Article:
Well I'm certainly on a ballet kick this year.
I was very young back in the 70's, but all those years ago, even I knew that Misha was a very big deal. So it was a surprise and a bit of a scandal when he left ABT, plus a successful partnership with Gelsey Kirkland, to dance at NYCB.
It wasn't the best of fits. The magic of Baryshnikov's dancing in classical ballets was how effortless he made it all look. That breezy relaxing look didn't translate into Balanchine's oeuvre. This was due to two reasons: the main one being Baryshnikov's early training at Vaganova. That elegant Russian technique was too ingrained into Baryshnikov to be utterly banished for Balanchine's style. The next reason was that Balanchine wanted to show the effort that dancers took to dance in his ballets. He liked the fact that they were breaking speed and endurance records for him. Baryshnikov's early training and the egoistic impulse behind Balanchine's work were at very big odds. Still Baryshnikov managed to overcome setbacks to do very well in many of Balanchine's works.
Another often unspoken reason why Baryshnikov didn't progress further into Balanchine's repertoire was due his height. Balanchine was into tall, big and athletic ballerinas. His favorites at the time, Karin von Aroldingen, the legendary Suzanne Farrell and rising star Merrill Ashley were too tall for Baryshnikov. And that makes me wonder about some of the reasons why Balanchine invited Baryshnikov into the company.
True Misha was a legend and big box office. But NYCB didn't need the box office at the time. It had its own stable of hallowed, Balanchine trained dancers.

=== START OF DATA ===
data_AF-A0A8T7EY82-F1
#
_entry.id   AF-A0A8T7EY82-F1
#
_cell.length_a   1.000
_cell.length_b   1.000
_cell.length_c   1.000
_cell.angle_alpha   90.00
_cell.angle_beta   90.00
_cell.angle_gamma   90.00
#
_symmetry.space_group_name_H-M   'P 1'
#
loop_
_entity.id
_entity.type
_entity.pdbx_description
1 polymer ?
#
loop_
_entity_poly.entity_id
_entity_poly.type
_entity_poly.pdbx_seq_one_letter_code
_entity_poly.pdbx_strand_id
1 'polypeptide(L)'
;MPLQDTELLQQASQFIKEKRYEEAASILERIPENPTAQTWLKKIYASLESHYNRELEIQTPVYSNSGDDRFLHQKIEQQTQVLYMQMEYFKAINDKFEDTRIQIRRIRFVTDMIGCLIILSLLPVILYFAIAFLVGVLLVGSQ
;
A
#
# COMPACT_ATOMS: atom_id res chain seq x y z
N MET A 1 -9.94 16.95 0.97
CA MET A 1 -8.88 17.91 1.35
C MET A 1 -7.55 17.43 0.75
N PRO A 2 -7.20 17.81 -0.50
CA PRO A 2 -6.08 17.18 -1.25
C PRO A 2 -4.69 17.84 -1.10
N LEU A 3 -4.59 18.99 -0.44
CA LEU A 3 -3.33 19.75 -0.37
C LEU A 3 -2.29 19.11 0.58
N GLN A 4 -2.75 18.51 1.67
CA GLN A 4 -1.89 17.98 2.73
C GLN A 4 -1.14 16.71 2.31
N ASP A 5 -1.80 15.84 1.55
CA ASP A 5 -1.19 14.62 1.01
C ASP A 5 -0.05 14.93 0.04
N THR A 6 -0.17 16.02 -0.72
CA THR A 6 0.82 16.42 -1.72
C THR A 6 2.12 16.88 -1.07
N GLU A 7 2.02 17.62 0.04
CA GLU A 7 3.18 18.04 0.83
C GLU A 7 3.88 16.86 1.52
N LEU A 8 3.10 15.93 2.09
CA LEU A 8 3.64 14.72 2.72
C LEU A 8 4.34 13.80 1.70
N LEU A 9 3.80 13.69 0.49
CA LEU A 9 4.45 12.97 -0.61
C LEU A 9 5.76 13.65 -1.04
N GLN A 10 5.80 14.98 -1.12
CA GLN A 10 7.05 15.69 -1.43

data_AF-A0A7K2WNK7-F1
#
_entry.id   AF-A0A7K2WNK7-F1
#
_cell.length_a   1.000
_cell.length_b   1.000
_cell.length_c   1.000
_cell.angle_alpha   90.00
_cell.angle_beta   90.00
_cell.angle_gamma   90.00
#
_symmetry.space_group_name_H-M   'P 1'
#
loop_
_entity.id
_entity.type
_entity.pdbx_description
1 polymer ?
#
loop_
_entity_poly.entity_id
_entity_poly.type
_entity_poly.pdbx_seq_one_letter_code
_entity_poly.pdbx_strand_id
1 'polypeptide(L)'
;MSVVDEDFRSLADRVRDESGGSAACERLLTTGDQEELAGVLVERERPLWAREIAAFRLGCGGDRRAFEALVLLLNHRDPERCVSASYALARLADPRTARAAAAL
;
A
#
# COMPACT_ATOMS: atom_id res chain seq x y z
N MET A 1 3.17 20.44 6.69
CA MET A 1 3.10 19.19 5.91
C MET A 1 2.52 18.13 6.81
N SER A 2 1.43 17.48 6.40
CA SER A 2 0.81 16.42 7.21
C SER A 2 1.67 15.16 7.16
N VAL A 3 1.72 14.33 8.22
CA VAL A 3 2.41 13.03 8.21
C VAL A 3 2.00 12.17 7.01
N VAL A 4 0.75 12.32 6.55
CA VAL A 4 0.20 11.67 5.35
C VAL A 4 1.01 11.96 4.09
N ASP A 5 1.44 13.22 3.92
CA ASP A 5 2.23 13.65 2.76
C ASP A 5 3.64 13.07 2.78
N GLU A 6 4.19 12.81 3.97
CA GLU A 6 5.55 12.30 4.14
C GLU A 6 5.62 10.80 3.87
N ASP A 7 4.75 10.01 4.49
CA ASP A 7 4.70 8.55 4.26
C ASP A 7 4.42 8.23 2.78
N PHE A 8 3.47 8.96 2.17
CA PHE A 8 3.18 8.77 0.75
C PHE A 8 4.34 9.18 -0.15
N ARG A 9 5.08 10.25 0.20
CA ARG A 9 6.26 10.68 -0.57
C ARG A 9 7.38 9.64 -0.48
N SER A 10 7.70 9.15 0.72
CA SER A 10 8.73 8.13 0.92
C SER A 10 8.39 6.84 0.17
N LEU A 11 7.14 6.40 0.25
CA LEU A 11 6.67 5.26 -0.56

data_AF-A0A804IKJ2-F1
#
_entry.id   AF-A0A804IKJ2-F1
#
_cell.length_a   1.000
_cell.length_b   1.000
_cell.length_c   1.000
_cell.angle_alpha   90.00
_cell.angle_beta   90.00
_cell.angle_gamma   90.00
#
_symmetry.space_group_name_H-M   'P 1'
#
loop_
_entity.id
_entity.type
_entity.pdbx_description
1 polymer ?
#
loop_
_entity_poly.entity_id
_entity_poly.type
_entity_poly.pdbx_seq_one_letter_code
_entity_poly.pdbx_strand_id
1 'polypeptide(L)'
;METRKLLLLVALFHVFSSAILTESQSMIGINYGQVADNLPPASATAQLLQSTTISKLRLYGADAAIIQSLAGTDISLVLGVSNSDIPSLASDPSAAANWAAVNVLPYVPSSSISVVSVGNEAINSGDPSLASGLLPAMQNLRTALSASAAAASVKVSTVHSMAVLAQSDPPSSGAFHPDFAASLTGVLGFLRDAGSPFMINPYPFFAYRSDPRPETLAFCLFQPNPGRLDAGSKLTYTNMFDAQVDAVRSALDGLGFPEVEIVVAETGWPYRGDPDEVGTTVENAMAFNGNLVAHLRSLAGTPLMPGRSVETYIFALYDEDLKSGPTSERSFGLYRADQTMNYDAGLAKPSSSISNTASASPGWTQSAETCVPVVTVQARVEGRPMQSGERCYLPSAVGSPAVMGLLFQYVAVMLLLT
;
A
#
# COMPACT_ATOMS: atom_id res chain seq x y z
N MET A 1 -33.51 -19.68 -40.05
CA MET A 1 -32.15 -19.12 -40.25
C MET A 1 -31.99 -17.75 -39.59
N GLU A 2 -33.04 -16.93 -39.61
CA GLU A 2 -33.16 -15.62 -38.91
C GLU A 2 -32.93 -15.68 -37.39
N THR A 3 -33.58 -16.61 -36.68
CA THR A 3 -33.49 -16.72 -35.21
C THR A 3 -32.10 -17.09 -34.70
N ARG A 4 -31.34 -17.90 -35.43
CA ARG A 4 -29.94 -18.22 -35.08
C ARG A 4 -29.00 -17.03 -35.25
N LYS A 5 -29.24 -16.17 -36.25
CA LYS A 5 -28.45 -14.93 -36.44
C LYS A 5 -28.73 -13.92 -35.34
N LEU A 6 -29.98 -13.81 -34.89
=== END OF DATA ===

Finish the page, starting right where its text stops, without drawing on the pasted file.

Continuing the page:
But it gets me thinking...was one of Balanchine's ulterior motives, in stealing Baryshnikov away from ABT, was to inspire prodigal ballet daughter Gelsey Kirkland to return? If Kirkland had bit the bullet and returned to NYCB with Baryshnikov, they would have blazed a trail of glory through Balanchine's ballets. It was never meant to be though. The NYCB stage wasn't big enough for three very willful ballet geniuses. Kirkland thought of Balanchine as a kind of neglectful and traitorous father figure. Baryshnikov was in the process of running away from a very passionate, tumultuous relationship with Kirkland. At the time, I think Balanchine knew his strength was declining which made choreographing new ballets for Baryshnikov difficult. It seems a big what if of dreams when you think about it all.
Anyway, Patricia McBride became Baryshnikov's partner at NYCB. Although they weren't very well matched, they did give this very lovely performance together.
Labels: art, ballet, videos, youtube